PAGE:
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Care for Students and Their Learning

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Now more than ever, students need to feel that their instructors care about their well being and academic success.

Care for Students and Their Learning 

Building a sense of community and fostering the individual’s contribution to that community is an essential ingredient of effective (online) teaching. It is the old adage: I don’t care how much you know until I know how much you care. Students want to know: 

Who Are You? 

Students are looking to see if you’re approachable, relatable, and able to teach them what they need to know. In an online setting, you need to make a more intentional effort than you would in a typical classroom to let students get to know you.  

Example Practices: 

  • Create a short introductory video. Show and tell who you are, including a few details about your background and family. Humanize yourself in a way that’s comfortable to you. 
  • Personalize each unit. Find ways to make lessons and lectures more compelling because they reflect your interests and skills. 
  • Model your thinking. Throughout the course, show—don’t simply tell—how you process a question or problem. 

Who Am I to You? 

Do you care about me and my learning? Again, in the classroom students will be able to sense your caring tacitly by your behavior and interaction. In an online teaching environment, however, you will need to be more explicit in your efforts to communicate. 

Example Practices: 

  • Learn students’ names. Refer to students by name at every opportunity. 
  • Invite students to create introductory videos. Whether your class is large or small, ask students to create one-minute videos introducing themselves to you. Briefly acknowledge each effort, and students will better sense that you sincerely care about them. 
  • Acknowledge student contributions. Comment on efforts large and small. Students may hesitate to participate, especially in an online environment. Encourage their efforts by offering at least a simple acknowledgment or statement of thanks.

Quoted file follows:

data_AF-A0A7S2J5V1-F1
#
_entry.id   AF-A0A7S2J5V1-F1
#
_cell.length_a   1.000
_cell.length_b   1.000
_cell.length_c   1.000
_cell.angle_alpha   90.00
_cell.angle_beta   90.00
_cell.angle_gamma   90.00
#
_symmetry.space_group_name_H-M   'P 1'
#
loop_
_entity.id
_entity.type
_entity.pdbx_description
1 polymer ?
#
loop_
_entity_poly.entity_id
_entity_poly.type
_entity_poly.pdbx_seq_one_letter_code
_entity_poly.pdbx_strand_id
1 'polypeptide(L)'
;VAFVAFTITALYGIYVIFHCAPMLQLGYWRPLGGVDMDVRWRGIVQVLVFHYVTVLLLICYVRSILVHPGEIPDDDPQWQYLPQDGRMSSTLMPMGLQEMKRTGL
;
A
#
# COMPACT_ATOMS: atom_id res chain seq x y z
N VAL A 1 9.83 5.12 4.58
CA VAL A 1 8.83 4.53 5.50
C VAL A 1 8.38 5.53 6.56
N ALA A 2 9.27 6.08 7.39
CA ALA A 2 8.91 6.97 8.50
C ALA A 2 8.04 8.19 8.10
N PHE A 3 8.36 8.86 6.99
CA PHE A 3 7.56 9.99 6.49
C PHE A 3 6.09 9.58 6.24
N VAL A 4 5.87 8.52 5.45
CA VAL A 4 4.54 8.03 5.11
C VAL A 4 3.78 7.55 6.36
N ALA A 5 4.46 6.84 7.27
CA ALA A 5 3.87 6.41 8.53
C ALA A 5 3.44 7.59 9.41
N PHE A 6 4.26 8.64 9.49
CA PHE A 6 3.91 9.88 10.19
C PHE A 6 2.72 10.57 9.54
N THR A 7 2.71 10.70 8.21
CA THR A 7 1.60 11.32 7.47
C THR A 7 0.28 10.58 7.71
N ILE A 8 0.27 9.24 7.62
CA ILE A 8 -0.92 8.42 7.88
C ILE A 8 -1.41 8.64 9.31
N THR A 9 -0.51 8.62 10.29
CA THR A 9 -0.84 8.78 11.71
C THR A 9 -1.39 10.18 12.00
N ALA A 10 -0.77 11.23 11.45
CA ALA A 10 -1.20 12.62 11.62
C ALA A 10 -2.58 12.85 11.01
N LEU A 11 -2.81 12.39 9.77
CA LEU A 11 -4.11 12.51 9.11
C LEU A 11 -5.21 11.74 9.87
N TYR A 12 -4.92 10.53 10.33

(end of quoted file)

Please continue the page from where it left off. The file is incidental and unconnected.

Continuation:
• Make opportunities accessible. Ensure that students have ready access to resources that will support their learning. Invite creative approaches to assignments insofar as possible. 

Who Are We, as Students, to Each Other? 

In a classroom, students interact and become acquainted. This is not as easily done online, of course; thus, students can feel disconnected and on their own. The sense of isolation students experience is perhaps the greatest challenge presented by online learning even in the live remote modality. As you make an effort to carefully organize your course, demonstrate its relevance to your students, and align evaluation and assessment with course content, you further show your care for students and their learning. 

Example Practices: 

  • Promote group discussions. Resist the temptation to lecture throughout a class session by having students break into small groups so that everyone has a chance to participate. 
  • Promote group projects. Likewise, incorporate group as well as individual assignments in your course design. 
  • Create study groups. Working with others on assignments can help students feel connected, less isolated, in their study. 

Tools to Help You: 

  • Connecting with Students through Zoom 
  • Using Digital Dialog to Create Community 
  • [Insert tools or tutorials here] 

Additional Resources: